Herd's big man grows game
HUNTINGTON -- Yous Mbao is still growing.
No., the 7-foot-2 junior center for the Marshall University men's basketball team isn't getting taller. The 22-year-old native of Senegal in West Africa says he hasn't gotten any taller in five years.
The growth is in his game.
"It's still coming along," he said before Tuesday practice in Cam Henderson Center. "It's getting closer each day."
Mbao's height -- he's the tallest player listed on a Conference USA roster -- his wingspan and his athletic ability are natural assets for a college big man.
But, as head coach Tom Herrion said at Marshall Media Day, he hasn't really played a lot of organized basketball. Mbao thinks he's getting there one dunk and one blocked shot at a time.
After playing soccer as a youngster, Mbao took up basketball after moving to Spain in 2005 and played three high school seasons there. He also played one season at Stoneridge Prep in Simi Valley, Calif. Mbao signed with Marquette University, and his 2009-10 freshman season was limited to playing a total of 60 minutes in 10 early-season games because of a knee injury.
He sat out the 2010-11 season at Marshall as a transfer.
Last season for the Thundering Herd he appeared in 33 of 35 games, but only for an average of 6.3 minutes per outing while averaging 0.3 points and 1.9 rebounds. He was second on the team with 25 blocked shots.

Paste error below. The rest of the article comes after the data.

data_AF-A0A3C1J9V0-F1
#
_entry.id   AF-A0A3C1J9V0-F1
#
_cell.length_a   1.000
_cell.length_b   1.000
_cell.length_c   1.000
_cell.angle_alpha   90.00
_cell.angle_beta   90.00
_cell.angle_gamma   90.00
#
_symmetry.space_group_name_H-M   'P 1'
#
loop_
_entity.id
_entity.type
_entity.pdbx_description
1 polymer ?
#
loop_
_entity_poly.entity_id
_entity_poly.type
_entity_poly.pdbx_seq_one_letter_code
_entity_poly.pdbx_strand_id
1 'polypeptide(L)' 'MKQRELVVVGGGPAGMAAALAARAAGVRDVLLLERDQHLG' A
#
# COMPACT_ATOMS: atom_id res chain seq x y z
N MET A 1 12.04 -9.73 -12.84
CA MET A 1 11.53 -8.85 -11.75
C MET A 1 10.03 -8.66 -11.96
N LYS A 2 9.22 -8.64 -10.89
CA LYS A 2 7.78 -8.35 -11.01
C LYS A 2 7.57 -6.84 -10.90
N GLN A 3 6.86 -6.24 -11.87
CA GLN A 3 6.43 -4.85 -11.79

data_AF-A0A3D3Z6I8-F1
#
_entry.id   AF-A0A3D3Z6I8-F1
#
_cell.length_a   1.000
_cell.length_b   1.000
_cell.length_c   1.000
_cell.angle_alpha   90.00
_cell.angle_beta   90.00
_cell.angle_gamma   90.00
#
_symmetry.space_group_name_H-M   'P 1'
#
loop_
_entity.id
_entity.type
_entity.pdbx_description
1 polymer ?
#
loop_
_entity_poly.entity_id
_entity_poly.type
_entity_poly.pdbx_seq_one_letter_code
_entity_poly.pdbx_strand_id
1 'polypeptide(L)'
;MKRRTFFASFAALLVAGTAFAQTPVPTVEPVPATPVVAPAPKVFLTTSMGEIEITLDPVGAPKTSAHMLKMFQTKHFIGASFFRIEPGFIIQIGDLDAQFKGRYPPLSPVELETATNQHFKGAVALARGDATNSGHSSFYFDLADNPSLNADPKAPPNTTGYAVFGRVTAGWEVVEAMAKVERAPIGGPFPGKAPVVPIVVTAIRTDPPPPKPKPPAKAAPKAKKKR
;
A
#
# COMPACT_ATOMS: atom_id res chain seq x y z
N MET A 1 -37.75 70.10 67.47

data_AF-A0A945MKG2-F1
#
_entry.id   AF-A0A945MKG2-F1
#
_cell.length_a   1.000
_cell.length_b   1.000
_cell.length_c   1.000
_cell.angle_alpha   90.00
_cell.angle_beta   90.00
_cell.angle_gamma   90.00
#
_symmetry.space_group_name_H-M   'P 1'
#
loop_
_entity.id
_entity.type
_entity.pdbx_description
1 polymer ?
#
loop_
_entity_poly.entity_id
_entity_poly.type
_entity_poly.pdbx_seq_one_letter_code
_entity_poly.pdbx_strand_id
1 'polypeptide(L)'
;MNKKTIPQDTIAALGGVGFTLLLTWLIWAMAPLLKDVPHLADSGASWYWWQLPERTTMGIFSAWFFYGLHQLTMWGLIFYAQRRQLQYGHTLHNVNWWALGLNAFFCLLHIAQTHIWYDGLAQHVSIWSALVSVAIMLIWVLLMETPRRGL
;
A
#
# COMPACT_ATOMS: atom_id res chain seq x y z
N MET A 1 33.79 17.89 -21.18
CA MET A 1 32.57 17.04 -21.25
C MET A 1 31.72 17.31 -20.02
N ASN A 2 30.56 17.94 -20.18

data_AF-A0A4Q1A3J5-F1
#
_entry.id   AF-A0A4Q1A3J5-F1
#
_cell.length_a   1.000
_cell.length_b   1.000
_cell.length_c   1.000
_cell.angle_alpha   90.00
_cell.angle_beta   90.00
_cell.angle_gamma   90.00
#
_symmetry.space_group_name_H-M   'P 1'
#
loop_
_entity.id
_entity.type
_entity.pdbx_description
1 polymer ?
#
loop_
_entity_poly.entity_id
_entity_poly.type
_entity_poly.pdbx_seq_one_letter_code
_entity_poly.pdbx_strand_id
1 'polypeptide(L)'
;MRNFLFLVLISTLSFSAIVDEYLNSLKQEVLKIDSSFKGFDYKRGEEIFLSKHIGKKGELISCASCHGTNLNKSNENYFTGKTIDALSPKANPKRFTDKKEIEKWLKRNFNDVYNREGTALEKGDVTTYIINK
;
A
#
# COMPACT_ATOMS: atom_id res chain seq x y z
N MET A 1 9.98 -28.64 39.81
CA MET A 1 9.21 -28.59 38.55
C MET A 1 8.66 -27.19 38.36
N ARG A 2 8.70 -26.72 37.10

"Hopefully, we'll get more out of him," Herrion said at the beginning of preseason practice.
Mbao is yearning for more playing time, but doesn't let his frustration show.
Until his time comes, Mbao keeps a good attitude and continues showing his potential in Herd practices. Herrion singled him out as one of the players who have taken a leadership role this season.
He had some minor moments last season such as blocking four shots in a game at Belmont, grabbing nine rebounds against Northwestern State and a game at East Carolina where he had four points, five rebounds and two blocks.
Waiting for your big moment makes you want it even more, Mbao said.
He's ready with a plan for when his time in the spotlight comes.
"I'll just keep on working to where it keeps happening," he said.